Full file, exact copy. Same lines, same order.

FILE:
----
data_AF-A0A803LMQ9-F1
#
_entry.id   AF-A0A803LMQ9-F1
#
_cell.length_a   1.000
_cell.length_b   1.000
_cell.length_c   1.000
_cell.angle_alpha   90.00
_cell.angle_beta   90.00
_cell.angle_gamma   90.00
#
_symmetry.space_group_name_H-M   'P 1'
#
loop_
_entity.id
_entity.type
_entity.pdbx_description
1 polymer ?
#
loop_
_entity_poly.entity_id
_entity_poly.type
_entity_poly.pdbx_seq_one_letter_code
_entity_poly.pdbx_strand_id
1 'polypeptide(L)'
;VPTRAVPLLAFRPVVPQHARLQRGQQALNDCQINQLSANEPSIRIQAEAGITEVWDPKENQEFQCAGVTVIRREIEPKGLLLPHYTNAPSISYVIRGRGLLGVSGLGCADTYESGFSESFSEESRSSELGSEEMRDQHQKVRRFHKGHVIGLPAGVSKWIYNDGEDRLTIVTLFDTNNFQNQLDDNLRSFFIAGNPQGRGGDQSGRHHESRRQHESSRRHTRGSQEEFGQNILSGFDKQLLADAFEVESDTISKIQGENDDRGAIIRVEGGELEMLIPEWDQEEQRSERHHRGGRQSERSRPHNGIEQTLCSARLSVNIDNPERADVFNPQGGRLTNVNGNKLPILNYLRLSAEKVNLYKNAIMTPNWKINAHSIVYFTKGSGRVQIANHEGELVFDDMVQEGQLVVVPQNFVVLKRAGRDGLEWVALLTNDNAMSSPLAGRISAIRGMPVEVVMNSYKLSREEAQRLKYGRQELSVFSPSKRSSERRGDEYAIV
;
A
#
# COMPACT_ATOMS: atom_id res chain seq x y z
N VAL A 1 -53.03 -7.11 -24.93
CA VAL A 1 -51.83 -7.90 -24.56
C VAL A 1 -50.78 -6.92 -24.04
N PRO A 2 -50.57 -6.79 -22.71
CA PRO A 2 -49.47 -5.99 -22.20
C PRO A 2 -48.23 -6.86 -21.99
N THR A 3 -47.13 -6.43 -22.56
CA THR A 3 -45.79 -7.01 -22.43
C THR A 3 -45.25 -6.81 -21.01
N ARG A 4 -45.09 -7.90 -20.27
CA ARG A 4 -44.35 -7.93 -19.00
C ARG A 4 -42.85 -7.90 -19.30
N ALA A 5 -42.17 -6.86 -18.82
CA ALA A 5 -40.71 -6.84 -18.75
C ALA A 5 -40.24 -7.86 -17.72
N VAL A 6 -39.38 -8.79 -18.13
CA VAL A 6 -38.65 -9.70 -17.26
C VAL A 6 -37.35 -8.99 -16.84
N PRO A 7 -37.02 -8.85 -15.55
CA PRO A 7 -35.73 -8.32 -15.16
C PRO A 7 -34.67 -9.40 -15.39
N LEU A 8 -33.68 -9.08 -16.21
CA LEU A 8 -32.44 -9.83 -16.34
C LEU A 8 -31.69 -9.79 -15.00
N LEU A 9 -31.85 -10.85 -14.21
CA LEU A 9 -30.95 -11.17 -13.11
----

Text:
data_AF-A0A803LMQ9-F1
#
_entry.id   AF-A0A803LMQ9-F1
#
_cell.length_a   1.000
_cell.length_b   1.000
_cell.length_c   1.000
_cell.angle_alpha   90.00
_cell.angle_beta   90.00
_cell.angle_gamma   90.00
#
_symmetry.space_group_name_H-M   'P 1'
#
loop_
_entity.id
_entity.type
_entity.pdbx_description
1 polymer ?
#
loop_
_entity_poly.entity_id
_entity_poly.type
_entity_poly.pdbx_seq_one_letter_code
_entity_poly.pdbx_strand_id
1 'polypeptide(L)'
;VPTRAVPLLAFRPVVPQHARLQRGQQALNDCQINQLSANEPSIRIQAEAGITEVWDPKENQEFQCAGVTVIRREIEPKGLLLPHYTNAPSISYVIRGRGLLGVSGLGCADTYESGFSESFSEESRSSELGSEEMRDQHQKVRRFHKGHVIGLPAGVSKWIYNDGEDRLTIVTLFDTNNFQNQLDDNLRSFFIAGNPQGRGGDQSGRHHESRRQHESSRRHTRGSQEEFGQNILSGFDKQLLADAFEVESDTISKIQGENDDRGAIIRVEGGELEMLIPEWDQEEQRSERHHRGGRQSERSRPHNGIEQTLCSARLSVNIDNPERADVFNPQGGRLTNVNGNKLPILNYLRLSAEKVNLYKNAIMTPNWKINAHSIVYFTKGSGRVQIANHEGELVFDDMVQEGQLVVVPQNFVVLKRAGRDGLEWVALLTNDNAMSSPLAGRISAIRGMPVEVVMNSYKLSREEAQRLKYGRQELSVFSPSKRSSERRGDEYAIV
;
A
#
# COMPACT_ATOMS: atom_id res chain seq x y z
N VAL A 1 -53.03 -7.11 -24.93
CA VAL A 1 -51.83 -7.90 -24.56
C VAL A 1 -50.78 -6.92 -24.04
N PRO A 2 -50.57 -6.79 -22.71
CA PRO A 2 -49.47 -5.99 -22.20
C PRO A 2 -48.23 -6.86 -21.99
N THR A 3 -47.13 -6.43 -22.56
CA THR A 3 -45.79 -7.01 -22.43
C THR A 3 -45.25 -6.81 -21.01
N ARG A 4 -45.09 -7.90 -20.27
CA ARG A 4 -44.35 -7.93 -19.00
C ARG A 4 -42.85 -7.90 -19.30
N ALA A 5 -42.17 -6.86 -18.82
CA ALA A 5 -40.71 -6.84 -18.75
C ALA A 5 -40.24 -7.86 -17.72
N VAL A 6 -39.38 -8.79 -18.13
CA VAL A 6 -38.65 -9.70 -17.26
C VAL A 6 -37.35 -8.99 -16.84
N PRO A 7 -37.02 -8.85 -15.55
CA PRO A 7 -35.73 -8.32 -15.16
C PRO A 7 -34.67 -9.40 -15.39
N LEU A 8 -33.68 -9.08 -16.21
CA LEU A 8 -32.44 -9.83 -16.34
C LEU A 8 -31.69 -9.79 -15.00
N LEU A 9 -31.85 -10.85 -14.21
CA LEU A 9 -30.95 -11.17 -13.11